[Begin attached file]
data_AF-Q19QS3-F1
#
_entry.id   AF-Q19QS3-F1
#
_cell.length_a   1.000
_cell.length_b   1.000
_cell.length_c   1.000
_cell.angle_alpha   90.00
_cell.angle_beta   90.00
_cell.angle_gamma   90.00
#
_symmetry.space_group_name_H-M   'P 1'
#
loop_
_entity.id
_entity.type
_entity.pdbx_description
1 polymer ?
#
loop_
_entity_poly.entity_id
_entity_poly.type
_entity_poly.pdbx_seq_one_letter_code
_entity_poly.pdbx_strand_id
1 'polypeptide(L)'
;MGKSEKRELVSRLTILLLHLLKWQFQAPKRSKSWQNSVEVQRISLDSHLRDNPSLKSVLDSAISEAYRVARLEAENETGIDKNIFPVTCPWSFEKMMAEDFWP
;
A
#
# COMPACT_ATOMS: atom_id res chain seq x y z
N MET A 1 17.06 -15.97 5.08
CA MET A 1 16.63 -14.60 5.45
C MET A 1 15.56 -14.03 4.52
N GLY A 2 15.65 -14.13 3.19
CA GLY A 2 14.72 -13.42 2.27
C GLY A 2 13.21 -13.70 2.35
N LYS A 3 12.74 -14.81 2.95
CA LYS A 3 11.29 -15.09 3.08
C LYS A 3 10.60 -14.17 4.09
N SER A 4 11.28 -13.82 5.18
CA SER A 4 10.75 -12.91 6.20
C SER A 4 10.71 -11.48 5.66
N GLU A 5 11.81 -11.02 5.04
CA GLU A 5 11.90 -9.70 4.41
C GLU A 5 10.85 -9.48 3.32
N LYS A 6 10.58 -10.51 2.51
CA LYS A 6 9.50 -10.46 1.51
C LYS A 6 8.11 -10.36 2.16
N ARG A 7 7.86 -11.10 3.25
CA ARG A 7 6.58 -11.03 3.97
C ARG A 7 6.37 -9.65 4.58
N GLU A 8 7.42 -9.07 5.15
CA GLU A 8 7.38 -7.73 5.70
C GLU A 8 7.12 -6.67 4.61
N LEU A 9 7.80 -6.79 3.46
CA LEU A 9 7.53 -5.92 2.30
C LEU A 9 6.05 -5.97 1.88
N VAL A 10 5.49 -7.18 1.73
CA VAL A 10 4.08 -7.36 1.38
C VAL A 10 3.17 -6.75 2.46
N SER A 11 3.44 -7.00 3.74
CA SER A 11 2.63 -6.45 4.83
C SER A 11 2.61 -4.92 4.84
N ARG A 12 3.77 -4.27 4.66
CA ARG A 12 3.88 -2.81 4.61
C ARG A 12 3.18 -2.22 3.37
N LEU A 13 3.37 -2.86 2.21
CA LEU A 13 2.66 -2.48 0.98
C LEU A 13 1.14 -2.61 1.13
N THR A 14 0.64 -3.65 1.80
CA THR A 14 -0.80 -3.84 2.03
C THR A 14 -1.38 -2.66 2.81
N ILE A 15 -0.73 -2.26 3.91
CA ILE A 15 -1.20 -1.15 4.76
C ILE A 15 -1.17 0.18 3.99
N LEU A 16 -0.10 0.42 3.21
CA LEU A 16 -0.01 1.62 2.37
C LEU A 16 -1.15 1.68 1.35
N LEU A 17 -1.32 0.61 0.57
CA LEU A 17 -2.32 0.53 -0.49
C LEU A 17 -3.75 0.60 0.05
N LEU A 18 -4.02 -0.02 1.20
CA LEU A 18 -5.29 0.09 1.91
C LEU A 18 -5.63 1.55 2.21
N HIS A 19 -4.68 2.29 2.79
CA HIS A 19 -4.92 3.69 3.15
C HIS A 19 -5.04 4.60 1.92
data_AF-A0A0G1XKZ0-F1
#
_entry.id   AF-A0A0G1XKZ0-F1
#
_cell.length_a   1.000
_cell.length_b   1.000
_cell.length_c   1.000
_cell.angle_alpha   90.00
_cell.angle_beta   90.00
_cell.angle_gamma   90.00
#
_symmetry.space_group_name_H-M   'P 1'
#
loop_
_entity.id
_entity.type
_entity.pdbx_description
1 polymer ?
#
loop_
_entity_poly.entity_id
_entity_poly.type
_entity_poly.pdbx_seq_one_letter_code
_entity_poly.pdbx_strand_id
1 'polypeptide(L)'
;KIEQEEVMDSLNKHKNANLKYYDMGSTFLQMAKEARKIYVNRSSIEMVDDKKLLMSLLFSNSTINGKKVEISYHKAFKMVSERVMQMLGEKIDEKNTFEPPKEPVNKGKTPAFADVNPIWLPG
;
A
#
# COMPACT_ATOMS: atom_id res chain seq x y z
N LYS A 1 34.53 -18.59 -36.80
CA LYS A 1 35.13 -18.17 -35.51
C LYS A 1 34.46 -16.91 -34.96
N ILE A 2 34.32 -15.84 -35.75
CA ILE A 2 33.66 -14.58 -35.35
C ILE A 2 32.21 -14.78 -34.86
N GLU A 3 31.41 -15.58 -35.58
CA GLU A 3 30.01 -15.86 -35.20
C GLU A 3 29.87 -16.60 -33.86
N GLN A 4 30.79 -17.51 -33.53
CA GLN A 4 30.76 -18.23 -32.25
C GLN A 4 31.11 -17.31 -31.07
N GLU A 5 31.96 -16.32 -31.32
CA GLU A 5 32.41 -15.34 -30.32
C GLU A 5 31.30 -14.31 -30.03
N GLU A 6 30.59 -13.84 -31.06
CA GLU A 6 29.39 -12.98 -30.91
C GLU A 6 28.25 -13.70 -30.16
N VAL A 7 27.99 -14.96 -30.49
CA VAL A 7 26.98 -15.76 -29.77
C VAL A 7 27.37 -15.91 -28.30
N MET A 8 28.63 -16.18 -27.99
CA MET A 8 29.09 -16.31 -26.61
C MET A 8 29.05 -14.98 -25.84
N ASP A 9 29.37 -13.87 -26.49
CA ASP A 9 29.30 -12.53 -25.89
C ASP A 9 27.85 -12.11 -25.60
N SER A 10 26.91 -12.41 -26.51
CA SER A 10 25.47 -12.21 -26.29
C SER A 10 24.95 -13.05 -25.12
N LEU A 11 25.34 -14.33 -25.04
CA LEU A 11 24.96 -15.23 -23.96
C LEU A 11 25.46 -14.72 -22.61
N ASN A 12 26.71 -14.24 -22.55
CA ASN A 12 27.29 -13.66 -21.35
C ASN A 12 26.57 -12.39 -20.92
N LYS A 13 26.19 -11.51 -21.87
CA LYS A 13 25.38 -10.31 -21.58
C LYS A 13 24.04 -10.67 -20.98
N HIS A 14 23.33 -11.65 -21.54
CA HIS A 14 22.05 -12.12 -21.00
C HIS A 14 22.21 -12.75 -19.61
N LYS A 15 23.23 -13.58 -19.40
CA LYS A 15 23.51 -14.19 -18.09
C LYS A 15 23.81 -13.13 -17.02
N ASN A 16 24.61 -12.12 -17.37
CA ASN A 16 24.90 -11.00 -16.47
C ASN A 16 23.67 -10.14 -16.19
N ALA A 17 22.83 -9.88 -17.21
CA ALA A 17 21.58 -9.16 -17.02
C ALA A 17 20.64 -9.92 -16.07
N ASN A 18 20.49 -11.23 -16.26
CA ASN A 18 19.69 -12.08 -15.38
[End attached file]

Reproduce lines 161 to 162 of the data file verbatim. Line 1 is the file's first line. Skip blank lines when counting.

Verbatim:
CA LYS A 15 23.51 -14.19 -18.09
C LYS A 15 23.81 -13.13 -17.02